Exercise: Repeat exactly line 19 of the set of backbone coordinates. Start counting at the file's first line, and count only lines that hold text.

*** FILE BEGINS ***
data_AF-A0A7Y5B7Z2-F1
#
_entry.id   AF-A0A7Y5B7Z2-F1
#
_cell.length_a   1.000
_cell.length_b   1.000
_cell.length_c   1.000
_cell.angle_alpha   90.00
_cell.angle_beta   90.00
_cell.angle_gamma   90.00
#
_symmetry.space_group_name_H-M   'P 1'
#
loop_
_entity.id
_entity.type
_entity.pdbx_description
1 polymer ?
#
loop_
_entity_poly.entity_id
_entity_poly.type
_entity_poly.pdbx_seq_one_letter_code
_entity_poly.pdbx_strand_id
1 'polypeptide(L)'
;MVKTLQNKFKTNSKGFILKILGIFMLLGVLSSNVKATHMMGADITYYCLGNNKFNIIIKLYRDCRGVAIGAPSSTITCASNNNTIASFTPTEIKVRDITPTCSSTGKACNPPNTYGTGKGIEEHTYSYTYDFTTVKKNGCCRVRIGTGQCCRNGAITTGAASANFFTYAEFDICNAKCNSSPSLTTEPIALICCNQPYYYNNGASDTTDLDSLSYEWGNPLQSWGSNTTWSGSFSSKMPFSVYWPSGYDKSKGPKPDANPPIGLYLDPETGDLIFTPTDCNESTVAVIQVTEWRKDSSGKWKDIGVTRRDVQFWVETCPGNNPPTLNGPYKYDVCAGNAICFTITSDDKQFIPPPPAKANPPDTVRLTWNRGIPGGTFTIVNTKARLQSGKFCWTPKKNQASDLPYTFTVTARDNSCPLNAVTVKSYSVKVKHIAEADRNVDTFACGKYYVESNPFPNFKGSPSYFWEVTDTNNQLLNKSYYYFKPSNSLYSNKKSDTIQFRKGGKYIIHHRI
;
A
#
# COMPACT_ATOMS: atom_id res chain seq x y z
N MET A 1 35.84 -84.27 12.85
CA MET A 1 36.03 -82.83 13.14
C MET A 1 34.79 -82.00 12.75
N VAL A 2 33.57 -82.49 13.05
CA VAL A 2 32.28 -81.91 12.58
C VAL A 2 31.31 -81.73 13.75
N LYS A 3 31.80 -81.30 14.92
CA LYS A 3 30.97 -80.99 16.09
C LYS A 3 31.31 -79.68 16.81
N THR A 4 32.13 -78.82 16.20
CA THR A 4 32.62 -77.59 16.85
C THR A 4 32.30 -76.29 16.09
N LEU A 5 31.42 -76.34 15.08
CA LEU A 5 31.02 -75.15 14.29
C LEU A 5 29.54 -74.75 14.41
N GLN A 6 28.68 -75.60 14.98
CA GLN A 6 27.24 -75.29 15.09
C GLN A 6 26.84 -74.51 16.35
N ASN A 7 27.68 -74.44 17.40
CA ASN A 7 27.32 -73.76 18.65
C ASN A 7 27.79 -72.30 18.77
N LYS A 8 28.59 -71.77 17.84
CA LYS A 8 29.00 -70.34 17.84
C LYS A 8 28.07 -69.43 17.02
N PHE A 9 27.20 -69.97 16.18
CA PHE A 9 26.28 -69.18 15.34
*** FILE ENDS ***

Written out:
#